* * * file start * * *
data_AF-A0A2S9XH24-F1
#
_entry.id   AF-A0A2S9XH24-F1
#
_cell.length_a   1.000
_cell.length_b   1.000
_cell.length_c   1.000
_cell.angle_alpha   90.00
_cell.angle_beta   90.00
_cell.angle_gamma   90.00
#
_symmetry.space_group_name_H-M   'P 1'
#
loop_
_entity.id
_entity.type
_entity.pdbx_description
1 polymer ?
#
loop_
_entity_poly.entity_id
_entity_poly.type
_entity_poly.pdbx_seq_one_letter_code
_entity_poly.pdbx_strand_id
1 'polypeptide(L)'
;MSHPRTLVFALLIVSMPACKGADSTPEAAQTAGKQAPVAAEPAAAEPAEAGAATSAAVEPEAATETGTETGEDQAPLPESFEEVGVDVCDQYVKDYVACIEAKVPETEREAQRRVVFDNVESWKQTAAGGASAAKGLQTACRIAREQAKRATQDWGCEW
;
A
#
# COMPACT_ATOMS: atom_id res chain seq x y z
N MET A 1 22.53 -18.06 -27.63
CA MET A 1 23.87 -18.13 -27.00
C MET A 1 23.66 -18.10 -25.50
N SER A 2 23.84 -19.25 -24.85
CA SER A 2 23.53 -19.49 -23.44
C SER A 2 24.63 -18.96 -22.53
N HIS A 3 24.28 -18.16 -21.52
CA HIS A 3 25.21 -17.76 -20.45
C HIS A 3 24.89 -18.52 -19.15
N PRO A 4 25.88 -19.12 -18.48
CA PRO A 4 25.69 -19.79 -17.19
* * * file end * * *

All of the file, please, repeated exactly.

data_AF-A0A2S9XH24-F1
#
_entry.id   AF-A0A2S9XH24-F1
#
_cell.length_a   1.000
_cell.length_b   1.000
_cell.length_c   1.000
_cell.angle_alpha   90.00
_cell.angle_beta   90.00
_cell.angle_gamma   90.00
#
_symmetry.space_group_name_H-M   'P 1'
#
loop_
_entity.id
_entity.type
_entity.pdbx_description
1 polymer ?
#
loop_
_entity_poly.entity_id
_entity_poly.type
_entity_poly.pdbx_seq_one_letter_code
_entity_poly.pdbx_strand_id
1 'polypeptide(L)'
;MSHPRTLVFALLIVSMPACKGADSTPEAAQTAGKQAPVAAEPAAAEPAEAGAATSAAVEPEAATETGTETGEDQAPLPESFEEVGVDVCDQYVKDYVACIEAKVPETEREAQRRVVFDNVESWKQTAAGGASAAKGLQTACRIAREQAKRATQDWGCEW
;
A
#
# COMPACT_ATOMS: atom_id res chain seq x y z
N MET A 1 22.53 -18.06 -27.63
CA MET A 1 23.87 -18.13 -27.00
C MET A 1 23.66 -18.10 -25.50
N SER A 2 23.84 -19.25 -24.85
CA SER A 2 23.53 -19.49 -23.44
C SER A 2 24.63 -18.96 -22.53
N HIS A 3 24.28 -18.16 -21.52
CA HIS A 3 25.21 -17.76 -20.45
C HIS A 3 24.89 -18.52 -19.15
N PRO A 4 25.88 -19.12 -18.48
CA PRO A 4 25.69 -19.79 -17.19